Noodles have been around for at least 4,000 years. (A heck of a lot longer than the hot dog.) We slurped on this Shaanxi-style dish up in Phoenix: the bowl featured a single noodle that was several feet long. 

Andi Berlin

If we were going to be in Japan or some other Asian country when the New Year rang in, here’s what we would do:

Eat noodles.

Noodles symbolize longevity, so we’d eat loooong ones.

But, alas, we aren’t in Asia.

Still, it’s possible to get a noodle fix.

You could make your own (don’t break them — shorter noodles mean shorter life). We’ve even provided a recipe.

Or you can check out a few of the places that know their noodles and do them well:

China Pasta House 

430 N. Park Ave.


Noodles at China Pasta House on South Park Avenue are made from scratch daily.

China Pasta House, a nondescript restaurant next to a liquor store isn’t fancy. But it is good. Noodles are made from scratch daily and topped with all sorts of goodies, depending on what you’re craving. Our choice may well be pork — it’s supposed to represent prosperity.

New Year's Day hours: 11 a.m. to 9 p.m.

Dao’s Tai Pan

446 N. Wilmot Road and 4206 N. First Ave.


We are partial to the pho — rice noodle soup — here. The rich broth is loaded with noodles, scallions and basil, and you have a big choice of add-ons, such as steak, tripe or tofu. If you're looking for something a little less common, go for the spicy beef soup Bun Bo Hue pictured above.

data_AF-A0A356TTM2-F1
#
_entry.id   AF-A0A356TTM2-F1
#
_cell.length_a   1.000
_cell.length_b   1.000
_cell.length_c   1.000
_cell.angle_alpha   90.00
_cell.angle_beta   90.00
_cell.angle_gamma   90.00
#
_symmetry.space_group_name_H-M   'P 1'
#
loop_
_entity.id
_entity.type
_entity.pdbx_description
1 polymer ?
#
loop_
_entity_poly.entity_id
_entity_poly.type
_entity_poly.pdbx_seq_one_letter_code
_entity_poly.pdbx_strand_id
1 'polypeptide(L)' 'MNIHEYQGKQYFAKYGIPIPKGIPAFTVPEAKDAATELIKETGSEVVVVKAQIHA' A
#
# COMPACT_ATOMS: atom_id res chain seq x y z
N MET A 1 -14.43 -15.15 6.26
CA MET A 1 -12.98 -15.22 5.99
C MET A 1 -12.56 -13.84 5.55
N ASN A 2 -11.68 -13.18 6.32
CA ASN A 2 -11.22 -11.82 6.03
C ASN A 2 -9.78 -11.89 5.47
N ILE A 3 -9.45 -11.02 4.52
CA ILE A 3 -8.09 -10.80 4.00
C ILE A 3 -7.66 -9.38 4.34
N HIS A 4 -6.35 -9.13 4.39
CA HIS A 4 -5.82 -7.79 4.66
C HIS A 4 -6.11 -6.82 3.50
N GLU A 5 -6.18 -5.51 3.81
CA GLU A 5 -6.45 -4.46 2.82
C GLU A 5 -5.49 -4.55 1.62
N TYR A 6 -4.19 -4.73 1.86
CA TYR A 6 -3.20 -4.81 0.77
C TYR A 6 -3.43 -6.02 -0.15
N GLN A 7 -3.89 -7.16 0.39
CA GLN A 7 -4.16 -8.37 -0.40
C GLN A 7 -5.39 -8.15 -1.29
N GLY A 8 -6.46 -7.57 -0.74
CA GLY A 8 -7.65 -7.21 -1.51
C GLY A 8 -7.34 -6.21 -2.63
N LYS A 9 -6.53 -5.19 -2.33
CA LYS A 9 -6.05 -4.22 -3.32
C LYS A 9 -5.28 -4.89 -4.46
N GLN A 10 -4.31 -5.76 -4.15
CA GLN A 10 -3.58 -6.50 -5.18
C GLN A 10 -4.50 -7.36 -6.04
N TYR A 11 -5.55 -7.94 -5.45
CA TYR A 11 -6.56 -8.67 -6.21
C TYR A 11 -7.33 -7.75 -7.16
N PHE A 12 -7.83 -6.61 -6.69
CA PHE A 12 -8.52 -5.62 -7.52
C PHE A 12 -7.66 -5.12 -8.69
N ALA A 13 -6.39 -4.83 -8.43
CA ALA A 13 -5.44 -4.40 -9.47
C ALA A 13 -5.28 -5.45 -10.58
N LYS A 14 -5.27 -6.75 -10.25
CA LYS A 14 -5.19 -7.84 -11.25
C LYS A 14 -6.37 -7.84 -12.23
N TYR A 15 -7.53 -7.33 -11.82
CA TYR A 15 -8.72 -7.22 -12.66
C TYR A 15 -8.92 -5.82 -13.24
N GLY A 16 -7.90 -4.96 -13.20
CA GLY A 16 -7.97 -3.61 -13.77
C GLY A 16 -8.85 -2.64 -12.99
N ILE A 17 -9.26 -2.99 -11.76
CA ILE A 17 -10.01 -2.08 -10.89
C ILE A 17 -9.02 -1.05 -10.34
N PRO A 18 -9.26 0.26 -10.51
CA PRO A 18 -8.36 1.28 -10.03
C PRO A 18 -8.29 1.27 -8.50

New Year’s Day hours: 10 a.m. to 8 p.m. 

Miss Saigon

Five locations: 1072 N. Campbell Ave., 8225 N. Courtney Paige Way, 250 S. Craycroft Road, 47 N. Sixth Ave., 4650 W. Ina Road



A photo posted by Pablo Cornejo (@pablothatsme) on Oct 12, 2016 at 4:59pm PDT

Speaking of pho, you can’t beat it at Miss Saigon. The savory broth is loaded with long rice noodles and choices that range from tofu to beef. We indulge even when it isn’t New Year’s Day.

New Year’s Day hours: 11 a.m. to 9 p.m. 

Vina Vietnamese Street Food 

4230 N. Oracle Road


Noodles in classic Vietnamese style with grilled pork at Vina Vietnamese Street Food.

Vina Baguette gained a following as a food truck, so when owner/chef Linh Nguyen opened this brick-and-mortar restaurant, he had ready-made fans. You can get succulent pho here, but it’s the pad Thai that we often crave. The rice noodles are tossed in a sauce that is a little bit sweet, a little bit sour, and topped with your choice of items. We like the lemongrass chicken, ourselves.

New Year’s Day hours: noon to 7 p.m.


2741 N. Campbell Ave.


Yoshimatsu Japanese Eatery’s Kitsune ramen.

Yoshimatsu used to have a sprawling restaurant across the street. This is much smaller. But just as good. The ramen can be made with a chicken, mushroom or vegetarian broth. Whichever you choose for the noodle soup, you’ll find it loaded with lots of other delectables. And remember this: It’s polite to slurp your noodles in Japan. Slurp away — you don’t want to be rude now, do you?

New Year’s Day hours: 11 a.m. to 9 p.m.